Schistosomiasis, also known as bilharzia or snail fever, is a disease produced from the schistosomiasis pathogen. Despite being considered widespread, it is found mainly in parts of Africa where water sanitation is not developed. There are different types of schistosomiasis; all exposed from contaminated waters and each can cause various symptoms, some fatal, some not. It can be treated from the drug praziquantel, however still causes big impacts on the economy of societies and is affected from social issues. In order to avoid this disease, we should be cautious when travelling in infected regions and always keep one’s hygiene in mind.

Bibliography:

Fleisher, Paul, Parasites: Launching On to a Free Lunch, Minneapolis: Twenty-first Century Books, 2006

Perlin, David and Cohen, Ann, The Complete Idiot’s Guide to Dangerous Diseases and Epidemics, Alpha Books, 2002

Montgomery, Susan, Chapter 5: Schistosomiasis, July 25 2009, September 16 2009, http://wwwnc.cdc.gov/travel/yellowbook/2010/chapter-5/schistosomiasis.aspx

Fact Sheet: Schistosomiasis, World Health Organization, September 16 2009, http://www.who.int/wormcontrol/documents/fact_sheets/schistosomiasis/en/

What is Schistosomiasis, The University of York, September 17 2009, http://www.york.ac.uk/res/schisto/background.htm

Diseases and the Sandler Center, The Sandler Center, September 17 2009, http://www.sandler.ucsf.edu/diseases.html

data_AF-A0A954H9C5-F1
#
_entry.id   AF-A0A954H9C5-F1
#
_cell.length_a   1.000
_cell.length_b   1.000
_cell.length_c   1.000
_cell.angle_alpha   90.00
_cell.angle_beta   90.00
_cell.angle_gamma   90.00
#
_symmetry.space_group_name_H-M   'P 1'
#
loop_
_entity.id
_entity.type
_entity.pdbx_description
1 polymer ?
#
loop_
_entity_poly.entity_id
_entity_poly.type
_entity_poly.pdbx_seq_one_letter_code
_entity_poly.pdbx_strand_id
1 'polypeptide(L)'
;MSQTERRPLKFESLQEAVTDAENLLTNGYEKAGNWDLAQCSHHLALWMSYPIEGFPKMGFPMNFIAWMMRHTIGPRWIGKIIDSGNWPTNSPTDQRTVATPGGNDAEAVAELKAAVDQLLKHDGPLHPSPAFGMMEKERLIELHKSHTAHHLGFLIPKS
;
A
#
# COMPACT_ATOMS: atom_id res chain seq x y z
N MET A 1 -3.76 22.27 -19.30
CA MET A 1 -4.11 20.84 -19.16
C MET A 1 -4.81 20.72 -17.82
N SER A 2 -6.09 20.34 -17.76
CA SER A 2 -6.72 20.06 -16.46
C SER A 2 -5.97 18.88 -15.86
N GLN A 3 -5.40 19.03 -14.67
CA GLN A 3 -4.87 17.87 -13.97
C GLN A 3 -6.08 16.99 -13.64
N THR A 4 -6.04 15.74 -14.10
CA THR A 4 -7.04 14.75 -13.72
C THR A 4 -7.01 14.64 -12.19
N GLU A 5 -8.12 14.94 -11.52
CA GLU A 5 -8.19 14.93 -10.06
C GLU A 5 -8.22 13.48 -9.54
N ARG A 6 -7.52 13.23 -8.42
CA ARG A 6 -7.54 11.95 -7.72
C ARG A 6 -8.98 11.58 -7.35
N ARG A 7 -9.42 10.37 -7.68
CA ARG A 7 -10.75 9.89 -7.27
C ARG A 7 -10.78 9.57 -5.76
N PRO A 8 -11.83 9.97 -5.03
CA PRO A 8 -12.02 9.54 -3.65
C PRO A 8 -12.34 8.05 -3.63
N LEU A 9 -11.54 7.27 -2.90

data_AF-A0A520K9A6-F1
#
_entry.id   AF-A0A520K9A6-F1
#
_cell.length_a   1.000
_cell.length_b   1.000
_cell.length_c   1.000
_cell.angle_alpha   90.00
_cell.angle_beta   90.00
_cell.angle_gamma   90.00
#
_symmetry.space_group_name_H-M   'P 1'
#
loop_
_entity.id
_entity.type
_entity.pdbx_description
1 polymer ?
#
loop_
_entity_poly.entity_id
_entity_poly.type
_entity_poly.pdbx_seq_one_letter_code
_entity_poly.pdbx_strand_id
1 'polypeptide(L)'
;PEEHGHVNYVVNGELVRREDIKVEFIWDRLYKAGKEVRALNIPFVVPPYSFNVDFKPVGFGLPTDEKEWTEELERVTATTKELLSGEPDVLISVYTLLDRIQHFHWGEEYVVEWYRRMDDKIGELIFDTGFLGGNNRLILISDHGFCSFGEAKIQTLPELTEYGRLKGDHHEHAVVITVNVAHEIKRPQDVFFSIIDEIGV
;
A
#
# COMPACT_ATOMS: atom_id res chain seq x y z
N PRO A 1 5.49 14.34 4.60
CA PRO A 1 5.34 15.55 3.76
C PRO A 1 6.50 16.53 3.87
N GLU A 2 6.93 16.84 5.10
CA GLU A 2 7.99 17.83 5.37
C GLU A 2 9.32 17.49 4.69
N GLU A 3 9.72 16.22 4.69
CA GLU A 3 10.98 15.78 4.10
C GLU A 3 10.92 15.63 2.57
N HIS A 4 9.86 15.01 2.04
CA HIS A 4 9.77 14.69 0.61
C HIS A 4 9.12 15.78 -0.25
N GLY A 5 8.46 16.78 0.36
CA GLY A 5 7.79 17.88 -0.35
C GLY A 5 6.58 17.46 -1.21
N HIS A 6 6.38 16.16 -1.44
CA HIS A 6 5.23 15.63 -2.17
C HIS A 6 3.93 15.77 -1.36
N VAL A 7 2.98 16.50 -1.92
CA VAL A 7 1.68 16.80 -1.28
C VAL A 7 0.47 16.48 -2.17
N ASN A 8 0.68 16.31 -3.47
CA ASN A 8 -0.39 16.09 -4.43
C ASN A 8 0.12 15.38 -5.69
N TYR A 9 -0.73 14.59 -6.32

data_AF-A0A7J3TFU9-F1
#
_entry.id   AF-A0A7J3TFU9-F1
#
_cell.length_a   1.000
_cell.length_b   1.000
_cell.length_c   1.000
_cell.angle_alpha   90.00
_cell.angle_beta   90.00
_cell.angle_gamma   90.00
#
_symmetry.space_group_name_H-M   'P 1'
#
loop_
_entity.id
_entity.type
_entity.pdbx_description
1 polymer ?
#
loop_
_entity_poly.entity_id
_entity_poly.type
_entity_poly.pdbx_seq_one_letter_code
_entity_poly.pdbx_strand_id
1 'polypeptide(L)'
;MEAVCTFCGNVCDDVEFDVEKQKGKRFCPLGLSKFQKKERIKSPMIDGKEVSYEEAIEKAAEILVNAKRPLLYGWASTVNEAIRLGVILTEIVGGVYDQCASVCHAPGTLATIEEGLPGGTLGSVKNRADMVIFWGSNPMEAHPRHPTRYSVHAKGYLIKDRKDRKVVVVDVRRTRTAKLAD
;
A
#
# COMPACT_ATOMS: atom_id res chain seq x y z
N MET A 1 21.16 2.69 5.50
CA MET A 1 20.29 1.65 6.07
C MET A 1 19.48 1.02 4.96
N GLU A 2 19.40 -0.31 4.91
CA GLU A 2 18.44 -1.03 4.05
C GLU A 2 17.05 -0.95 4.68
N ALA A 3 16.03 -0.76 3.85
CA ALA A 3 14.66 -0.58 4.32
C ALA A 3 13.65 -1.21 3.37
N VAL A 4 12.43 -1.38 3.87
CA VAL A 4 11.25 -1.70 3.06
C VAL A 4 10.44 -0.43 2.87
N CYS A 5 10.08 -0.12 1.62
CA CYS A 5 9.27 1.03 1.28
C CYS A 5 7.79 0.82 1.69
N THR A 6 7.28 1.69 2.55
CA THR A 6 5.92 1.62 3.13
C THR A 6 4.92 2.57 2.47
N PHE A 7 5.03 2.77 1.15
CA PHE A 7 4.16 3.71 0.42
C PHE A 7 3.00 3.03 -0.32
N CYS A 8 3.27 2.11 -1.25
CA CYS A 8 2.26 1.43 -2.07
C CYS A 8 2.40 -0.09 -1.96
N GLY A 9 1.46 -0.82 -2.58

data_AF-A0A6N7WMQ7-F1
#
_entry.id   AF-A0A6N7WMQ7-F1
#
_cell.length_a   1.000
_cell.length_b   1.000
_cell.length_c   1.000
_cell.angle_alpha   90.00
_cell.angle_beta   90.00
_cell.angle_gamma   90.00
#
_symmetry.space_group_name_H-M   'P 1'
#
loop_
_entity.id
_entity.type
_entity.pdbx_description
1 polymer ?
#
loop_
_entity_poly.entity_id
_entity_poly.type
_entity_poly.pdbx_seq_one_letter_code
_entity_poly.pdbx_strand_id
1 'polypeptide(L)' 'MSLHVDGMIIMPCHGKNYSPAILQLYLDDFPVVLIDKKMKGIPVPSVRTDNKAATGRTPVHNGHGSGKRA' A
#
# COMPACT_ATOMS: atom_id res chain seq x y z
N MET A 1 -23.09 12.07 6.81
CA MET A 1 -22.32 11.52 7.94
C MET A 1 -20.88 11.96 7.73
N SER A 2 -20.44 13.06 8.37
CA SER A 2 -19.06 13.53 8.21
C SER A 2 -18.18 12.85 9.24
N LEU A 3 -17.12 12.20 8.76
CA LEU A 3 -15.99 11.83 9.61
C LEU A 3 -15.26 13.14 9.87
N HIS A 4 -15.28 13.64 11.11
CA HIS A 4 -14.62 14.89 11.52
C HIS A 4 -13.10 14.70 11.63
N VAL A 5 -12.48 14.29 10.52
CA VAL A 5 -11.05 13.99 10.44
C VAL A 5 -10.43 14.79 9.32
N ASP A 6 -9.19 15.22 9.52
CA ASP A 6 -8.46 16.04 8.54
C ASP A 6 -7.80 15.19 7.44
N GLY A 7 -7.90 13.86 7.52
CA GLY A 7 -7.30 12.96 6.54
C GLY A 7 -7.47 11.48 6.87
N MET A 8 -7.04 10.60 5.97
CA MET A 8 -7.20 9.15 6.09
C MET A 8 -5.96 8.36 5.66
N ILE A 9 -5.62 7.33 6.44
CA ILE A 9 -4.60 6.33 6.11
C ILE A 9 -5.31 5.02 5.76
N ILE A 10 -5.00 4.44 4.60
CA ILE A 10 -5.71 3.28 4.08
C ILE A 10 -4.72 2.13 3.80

Bilhariza, Jens Rupp, September 17 2009, http://www.escargot.ch/personel/schisto.htm

Schistosomiasis (Bilharzia), Anouk Zijlma, September 17 2009, http://goafrica.about.com/od/healthandsafety/p/biharzia.htm

What is a pathogen?, International Association of Fire Fighters, 2004, September 17 2009, http://www.iaff.org/HS/Resi/infdis/What_is_a_pathogen.htm

Schistomiasis, Sabin Vaccine Institute, September 19 2009, http://www.globalnetwork.org/about-ntds/factsheets/schistosomiasis

PRAZIQUANTEL – ORAL (biltricide), MedicineNet.com, September 19 2009, http://www.medicinenet.com/praziquantel-oral/article.htm

TDR Photofeatures: No.7 – Schistosomiasis: disease control up in the air?, Andy Crump, 2004, September 19 2009, http://www.who.int/tdrold/media/photofeatures/no7.htm

About Bilharzia Disease, Sueanne Dolentz, September 19 2009, http://www.ehow.com/about_5074807_bilharzia-disease.html

New Agriculturist 00-3: News Brief, Wrenmedia.co.uk, September 19 2009, http://www.new-ag.info/00-3/newsbr.html

A consideration of the economic impact of schistosomiasis, W. H. Wright, September 19 2009, http://www.pubmedcentral.nih.gov/articlerender.fcgi?artid=2480844

Schistosomiasis Fact Sheet, Division of Parasitic Diseases, February 28 2008, September 20 2009, http://www.cdc.gov/ncidod/dpd/parasites/Schistosomiasis/factsht_schistosomiasis.htm

Schistosomiasis, David C. Dugdale, September 28 2009, September 20 2009, http://www.nlm.nih.gov/medlineplus/ency/article/001321.htm

Schistosomiasis, Amy J Behrman, April 2 2008, September 21 2009, http://emedicine.medscape.com/article/788867-overview